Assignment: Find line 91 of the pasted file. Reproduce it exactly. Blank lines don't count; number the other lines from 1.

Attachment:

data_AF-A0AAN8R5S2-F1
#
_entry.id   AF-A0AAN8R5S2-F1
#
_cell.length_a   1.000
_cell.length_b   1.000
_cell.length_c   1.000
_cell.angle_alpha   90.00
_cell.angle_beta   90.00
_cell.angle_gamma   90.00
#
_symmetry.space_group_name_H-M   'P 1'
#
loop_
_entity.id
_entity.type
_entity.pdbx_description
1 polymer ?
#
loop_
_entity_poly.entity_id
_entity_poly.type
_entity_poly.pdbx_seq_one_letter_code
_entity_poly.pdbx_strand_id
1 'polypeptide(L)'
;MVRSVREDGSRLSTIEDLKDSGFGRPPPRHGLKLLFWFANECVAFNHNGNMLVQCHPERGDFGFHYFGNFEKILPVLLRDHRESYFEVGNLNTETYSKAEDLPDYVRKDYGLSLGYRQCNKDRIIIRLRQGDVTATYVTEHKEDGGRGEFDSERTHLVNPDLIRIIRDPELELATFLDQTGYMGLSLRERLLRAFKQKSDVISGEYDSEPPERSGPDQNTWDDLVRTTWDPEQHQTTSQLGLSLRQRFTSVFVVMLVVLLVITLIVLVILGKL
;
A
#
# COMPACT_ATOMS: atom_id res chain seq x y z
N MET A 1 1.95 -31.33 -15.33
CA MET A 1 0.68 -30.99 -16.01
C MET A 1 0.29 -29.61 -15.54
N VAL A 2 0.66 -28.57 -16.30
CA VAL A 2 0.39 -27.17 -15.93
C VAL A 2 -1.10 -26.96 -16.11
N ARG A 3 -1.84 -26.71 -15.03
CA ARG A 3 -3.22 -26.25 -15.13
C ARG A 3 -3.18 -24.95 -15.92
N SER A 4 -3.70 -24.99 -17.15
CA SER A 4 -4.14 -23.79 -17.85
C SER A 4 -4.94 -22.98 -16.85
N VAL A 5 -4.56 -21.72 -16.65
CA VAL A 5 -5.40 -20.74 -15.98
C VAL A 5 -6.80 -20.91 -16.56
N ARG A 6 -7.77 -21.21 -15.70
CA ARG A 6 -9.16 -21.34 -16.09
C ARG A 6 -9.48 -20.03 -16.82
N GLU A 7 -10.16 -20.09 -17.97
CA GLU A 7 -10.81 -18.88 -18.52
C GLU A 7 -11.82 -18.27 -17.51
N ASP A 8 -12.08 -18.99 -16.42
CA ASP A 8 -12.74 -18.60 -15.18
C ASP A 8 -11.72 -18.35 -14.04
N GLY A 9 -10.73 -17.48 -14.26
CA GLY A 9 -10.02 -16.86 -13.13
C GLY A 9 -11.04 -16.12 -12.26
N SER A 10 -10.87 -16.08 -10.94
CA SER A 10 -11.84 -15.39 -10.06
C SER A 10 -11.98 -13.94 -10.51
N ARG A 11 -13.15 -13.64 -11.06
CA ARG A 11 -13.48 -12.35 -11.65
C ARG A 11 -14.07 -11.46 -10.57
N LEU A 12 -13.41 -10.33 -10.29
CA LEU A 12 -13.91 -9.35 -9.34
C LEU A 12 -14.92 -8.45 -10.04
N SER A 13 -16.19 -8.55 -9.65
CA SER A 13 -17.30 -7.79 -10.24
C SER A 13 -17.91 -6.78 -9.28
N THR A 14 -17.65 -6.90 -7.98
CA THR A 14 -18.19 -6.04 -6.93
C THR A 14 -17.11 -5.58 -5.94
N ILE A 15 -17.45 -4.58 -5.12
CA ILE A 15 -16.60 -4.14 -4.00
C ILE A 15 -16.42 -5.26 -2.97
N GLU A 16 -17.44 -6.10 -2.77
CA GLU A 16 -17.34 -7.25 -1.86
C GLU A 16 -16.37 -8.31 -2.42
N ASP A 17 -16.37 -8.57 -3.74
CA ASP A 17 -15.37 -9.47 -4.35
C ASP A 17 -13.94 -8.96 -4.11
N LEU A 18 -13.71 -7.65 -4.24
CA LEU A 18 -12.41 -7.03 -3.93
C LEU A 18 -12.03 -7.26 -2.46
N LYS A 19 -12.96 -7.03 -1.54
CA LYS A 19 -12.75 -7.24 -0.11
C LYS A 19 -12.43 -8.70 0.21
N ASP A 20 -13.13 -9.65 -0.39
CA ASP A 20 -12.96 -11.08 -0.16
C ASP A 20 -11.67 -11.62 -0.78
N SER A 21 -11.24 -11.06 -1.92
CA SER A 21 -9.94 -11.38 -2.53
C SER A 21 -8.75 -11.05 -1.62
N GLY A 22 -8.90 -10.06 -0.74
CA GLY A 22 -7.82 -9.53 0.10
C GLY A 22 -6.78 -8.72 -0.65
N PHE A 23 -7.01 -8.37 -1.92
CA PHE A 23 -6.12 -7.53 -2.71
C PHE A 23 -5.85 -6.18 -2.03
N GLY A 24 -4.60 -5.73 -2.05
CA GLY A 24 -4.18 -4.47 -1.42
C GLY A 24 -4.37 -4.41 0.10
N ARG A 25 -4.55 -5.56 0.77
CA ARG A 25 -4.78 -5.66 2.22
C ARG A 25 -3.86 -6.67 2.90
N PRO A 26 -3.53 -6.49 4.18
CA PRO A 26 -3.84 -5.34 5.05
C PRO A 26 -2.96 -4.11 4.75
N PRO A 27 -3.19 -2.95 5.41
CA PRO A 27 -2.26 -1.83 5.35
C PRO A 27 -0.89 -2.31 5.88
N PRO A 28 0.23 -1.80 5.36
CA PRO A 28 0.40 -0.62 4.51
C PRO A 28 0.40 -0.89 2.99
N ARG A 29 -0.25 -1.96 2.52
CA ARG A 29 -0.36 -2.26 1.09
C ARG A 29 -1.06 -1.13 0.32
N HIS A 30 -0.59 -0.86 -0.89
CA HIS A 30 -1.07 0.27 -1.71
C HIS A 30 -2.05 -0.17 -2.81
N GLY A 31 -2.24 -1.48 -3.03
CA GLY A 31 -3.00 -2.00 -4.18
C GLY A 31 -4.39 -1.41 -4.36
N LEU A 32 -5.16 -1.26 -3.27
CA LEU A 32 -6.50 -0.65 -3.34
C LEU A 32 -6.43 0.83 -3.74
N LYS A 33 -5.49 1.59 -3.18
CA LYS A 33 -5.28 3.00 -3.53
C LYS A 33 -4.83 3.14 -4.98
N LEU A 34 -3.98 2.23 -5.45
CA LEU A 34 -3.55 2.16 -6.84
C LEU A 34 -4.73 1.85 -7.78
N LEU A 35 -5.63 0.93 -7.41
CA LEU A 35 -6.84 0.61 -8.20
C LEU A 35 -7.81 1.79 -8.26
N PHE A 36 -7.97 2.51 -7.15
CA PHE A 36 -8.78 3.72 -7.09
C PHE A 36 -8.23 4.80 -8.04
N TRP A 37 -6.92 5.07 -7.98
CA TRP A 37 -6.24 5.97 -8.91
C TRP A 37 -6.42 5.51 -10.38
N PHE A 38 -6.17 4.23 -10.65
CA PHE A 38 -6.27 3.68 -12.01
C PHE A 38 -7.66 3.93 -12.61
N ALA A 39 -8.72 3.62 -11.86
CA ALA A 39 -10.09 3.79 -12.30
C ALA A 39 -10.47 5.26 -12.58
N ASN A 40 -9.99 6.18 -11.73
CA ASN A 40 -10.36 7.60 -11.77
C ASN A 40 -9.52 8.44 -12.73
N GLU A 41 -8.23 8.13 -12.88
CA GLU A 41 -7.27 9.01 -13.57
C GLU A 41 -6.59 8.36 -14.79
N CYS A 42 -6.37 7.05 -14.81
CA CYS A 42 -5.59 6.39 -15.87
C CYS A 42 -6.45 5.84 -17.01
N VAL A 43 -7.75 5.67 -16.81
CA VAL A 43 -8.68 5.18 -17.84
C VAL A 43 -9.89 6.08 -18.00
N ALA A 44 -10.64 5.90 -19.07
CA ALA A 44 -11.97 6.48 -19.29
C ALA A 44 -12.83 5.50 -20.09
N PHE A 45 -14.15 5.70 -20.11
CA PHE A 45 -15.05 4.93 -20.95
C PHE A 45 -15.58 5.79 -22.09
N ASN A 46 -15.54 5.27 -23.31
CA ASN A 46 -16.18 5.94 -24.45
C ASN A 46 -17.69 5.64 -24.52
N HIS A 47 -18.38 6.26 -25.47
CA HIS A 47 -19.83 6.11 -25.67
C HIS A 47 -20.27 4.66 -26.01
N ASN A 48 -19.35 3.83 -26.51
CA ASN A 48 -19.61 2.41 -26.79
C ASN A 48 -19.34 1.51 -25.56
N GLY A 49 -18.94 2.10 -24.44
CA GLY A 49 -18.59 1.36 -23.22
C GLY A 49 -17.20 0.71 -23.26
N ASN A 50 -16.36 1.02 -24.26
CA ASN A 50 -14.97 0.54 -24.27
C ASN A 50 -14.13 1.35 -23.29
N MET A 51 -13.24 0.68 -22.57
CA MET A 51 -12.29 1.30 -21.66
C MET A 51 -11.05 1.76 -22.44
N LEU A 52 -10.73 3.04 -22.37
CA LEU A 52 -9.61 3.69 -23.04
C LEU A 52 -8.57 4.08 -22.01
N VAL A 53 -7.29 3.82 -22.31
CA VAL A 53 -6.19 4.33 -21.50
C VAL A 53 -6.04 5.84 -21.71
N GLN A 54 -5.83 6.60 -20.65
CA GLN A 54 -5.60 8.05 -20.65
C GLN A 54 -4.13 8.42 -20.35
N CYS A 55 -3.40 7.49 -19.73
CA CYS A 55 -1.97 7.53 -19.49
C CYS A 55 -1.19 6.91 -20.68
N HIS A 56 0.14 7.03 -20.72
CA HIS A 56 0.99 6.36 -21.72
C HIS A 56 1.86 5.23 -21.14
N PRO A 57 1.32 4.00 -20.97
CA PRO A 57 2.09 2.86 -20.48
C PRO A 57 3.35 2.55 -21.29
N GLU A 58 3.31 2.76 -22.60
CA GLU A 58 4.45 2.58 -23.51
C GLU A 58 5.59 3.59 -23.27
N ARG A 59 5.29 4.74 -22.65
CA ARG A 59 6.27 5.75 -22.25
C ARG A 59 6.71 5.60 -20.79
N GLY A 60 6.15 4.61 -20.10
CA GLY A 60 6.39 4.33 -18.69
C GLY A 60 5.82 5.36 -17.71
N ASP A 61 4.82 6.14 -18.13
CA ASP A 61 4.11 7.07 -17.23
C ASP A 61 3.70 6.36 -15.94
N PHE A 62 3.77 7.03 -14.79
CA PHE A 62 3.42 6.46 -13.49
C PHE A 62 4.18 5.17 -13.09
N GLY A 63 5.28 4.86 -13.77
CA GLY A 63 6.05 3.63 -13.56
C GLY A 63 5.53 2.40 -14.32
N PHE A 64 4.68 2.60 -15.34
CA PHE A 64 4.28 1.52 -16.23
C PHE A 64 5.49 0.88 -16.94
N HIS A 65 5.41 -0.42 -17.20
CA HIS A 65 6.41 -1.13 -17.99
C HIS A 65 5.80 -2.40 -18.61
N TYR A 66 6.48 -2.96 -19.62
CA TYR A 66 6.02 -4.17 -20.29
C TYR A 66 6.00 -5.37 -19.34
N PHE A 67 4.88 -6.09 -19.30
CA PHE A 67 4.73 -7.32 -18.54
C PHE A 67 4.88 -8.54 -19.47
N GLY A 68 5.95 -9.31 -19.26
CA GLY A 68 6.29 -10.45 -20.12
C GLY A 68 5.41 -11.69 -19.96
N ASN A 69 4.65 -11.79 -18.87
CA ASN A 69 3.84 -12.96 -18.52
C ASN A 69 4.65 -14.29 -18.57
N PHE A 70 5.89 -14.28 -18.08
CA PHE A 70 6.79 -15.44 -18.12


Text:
N SER A 21 -11.24 -11.06 -1.92